Finance Minister Paschal Donohoe has intervened to demand a "solution" in the MetroLink row between transport chiefs and the GAA club where he is a member.
The minister spoke out yesterday about the disruption that could be caused to Na Fianna GAA as the underground line is constructed.
Mr Donohoe said it "is imperative in the consultative process that the NTA are dealing with issues that are being raised by clubs like Na Fianna".
Transport authorities must "respect the vital role" clubs like Na Fianna GAA "play in social and community life," he also warned.
Na Fianna has been at the centre of the Glasnevin community for more than 60 years.
Currently, 2,000 young people attend the Na Fianna club each week. It also has 380 ratified volunteers.
But one of the proposed underground MetroLink stops in Glasnevin will be located directly below the grounds.
It will also be one of the points where tunnel boring will begin.
As a result, the club's pitches will be unavailable during the construction phase - which is estimated to take six years.
This week, the NTA met with Na Fianna to discuss their concerns.
Mr Donohoe said it is "critical" Na Fianna and the National Transport Authority (NTA) reach a solution during the consultative MetroLink process.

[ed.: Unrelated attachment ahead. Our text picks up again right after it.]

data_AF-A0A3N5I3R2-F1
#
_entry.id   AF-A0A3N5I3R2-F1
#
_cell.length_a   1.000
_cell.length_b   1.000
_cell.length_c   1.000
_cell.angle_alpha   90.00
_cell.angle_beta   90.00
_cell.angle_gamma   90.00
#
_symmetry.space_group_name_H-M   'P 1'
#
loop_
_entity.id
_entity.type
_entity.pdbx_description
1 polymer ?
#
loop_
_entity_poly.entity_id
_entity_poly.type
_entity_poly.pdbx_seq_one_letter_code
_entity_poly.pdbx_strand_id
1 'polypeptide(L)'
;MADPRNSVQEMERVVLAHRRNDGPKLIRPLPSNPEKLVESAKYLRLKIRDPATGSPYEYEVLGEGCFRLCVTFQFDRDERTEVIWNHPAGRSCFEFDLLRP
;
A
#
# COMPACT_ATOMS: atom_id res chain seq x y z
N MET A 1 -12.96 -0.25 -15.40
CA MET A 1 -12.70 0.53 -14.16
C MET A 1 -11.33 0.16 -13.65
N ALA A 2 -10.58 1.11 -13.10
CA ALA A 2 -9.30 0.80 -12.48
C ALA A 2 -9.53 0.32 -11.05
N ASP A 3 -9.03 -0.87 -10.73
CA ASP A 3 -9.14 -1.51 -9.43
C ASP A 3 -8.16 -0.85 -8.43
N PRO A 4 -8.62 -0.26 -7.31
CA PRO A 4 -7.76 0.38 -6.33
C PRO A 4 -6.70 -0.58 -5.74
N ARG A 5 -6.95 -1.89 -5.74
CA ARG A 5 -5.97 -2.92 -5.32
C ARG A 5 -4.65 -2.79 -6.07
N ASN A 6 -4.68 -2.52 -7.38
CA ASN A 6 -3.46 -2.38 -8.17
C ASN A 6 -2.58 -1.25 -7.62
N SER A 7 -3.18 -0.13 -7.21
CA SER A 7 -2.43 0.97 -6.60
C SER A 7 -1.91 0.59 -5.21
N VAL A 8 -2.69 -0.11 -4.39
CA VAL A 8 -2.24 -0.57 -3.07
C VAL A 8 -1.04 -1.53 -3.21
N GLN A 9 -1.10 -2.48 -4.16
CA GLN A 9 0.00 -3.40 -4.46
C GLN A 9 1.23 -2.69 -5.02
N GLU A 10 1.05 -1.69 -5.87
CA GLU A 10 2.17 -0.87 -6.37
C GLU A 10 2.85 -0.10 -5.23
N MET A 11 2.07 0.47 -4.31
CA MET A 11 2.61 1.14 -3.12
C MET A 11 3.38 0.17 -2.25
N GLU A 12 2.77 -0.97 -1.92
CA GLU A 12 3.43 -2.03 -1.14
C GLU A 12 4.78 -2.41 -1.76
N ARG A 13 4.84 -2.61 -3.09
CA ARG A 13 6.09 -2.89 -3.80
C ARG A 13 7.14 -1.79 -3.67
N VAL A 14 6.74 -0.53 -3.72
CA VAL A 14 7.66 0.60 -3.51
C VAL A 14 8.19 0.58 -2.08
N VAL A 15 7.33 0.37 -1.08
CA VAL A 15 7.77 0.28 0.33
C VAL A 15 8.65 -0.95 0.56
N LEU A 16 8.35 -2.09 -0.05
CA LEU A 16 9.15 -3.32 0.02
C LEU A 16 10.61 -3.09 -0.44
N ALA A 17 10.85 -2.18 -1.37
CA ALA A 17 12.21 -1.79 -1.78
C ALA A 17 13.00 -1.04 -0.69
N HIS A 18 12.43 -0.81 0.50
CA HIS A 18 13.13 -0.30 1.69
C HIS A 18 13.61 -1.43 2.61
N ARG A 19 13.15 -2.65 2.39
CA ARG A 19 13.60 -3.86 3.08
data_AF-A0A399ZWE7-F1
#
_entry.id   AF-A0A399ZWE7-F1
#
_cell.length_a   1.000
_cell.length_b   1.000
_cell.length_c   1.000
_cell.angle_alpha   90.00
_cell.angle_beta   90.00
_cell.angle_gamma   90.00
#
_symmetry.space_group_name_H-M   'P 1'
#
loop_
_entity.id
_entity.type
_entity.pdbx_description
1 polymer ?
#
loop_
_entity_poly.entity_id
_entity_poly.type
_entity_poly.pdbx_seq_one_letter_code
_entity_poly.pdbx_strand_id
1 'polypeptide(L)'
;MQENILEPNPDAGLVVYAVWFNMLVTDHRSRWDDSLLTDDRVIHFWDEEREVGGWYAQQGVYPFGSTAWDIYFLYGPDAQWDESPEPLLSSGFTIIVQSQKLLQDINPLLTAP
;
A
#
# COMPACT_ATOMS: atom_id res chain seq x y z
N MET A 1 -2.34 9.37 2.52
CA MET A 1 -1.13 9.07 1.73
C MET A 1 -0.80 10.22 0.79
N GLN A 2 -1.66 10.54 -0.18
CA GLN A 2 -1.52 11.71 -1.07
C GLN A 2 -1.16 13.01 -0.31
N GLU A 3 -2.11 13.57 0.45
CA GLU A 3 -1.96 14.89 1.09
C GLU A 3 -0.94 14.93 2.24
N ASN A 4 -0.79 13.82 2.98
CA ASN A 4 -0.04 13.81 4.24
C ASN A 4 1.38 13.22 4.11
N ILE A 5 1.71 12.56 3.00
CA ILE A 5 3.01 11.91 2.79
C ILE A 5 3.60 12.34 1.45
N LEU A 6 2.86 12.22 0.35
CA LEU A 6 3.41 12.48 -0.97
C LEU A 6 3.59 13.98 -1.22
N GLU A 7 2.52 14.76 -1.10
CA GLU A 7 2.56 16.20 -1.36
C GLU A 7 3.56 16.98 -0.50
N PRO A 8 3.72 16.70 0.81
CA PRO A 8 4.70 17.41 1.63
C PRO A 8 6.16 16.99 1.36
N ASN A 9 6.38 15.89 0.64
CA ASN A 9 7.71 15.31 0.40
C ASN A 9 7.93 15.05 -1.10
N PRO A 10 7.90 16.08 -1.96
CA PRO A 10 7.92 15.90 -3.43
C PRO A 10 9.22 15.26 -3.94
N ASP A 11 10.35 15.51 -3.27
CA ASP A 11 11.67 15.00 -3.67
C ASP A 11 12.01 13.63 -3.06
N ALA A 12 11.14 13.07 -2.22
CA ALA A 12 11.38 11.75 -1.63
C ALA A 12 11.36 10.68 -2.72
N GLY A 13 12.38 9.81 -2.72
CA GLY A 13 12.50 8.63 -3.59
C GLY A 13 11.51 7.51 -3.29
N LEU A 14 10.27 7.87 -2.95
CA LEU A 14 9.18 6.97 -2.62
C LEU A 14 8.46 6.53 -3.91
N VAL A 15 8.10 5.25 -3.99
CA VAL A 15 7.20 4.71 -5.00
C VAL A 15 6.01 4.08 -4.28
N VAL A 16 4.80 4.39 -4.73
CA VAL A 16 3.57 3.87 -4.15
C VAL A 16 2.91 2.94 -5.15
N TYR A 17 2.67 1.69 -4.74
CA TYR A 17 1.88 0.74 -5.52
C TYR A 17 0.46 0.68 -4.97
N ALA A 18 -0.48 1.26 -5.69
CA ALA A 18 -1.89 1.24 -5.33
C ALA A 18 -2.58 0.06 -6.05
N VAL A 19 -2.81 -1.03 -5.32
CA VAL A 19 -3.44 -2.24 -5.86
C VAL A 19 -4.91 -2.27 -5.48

The minister said he was hopeful both parties would reach a solution in due course.
"I know that Na Fianna are meeting the NTA again today and are participating very strongly in the process. Coming out of the consultative process it is critical that a solution be found," he said.
The minister also acknowledged the benefit the MetroLink will bring to the north side of Dublin.
Construction is expected to begin in 2021. The line will cover a 26km stretch and will extend from Swords to Sandyford.
Separately, about 650 people packed into the conference hall of Clontarf Castle last night following An Bord Pleanála's decision on the controversial development beside St Anne's Park, Raheny.
Planning permission has been granted for the development despite more than 1,000 local objections.
Those in attendance were asked if they had an appetite to raise money for a judicial review.
A speaker said about €5,000 is needed for the first-step of the process, which will require a barrister's assessment to see if the review is feasible.
The next step is said to cost €25,000 to accumulate all the necessary paper work. The final stage, however, is estimated at €250,000.
Georgina Moore, the founder of 'I Love St Anne's Group', said: "It's extraordinarily expensive, but that's what we're all here for tonight - to see if there's an appetite.
"If we don't get the support for this, then it's all over."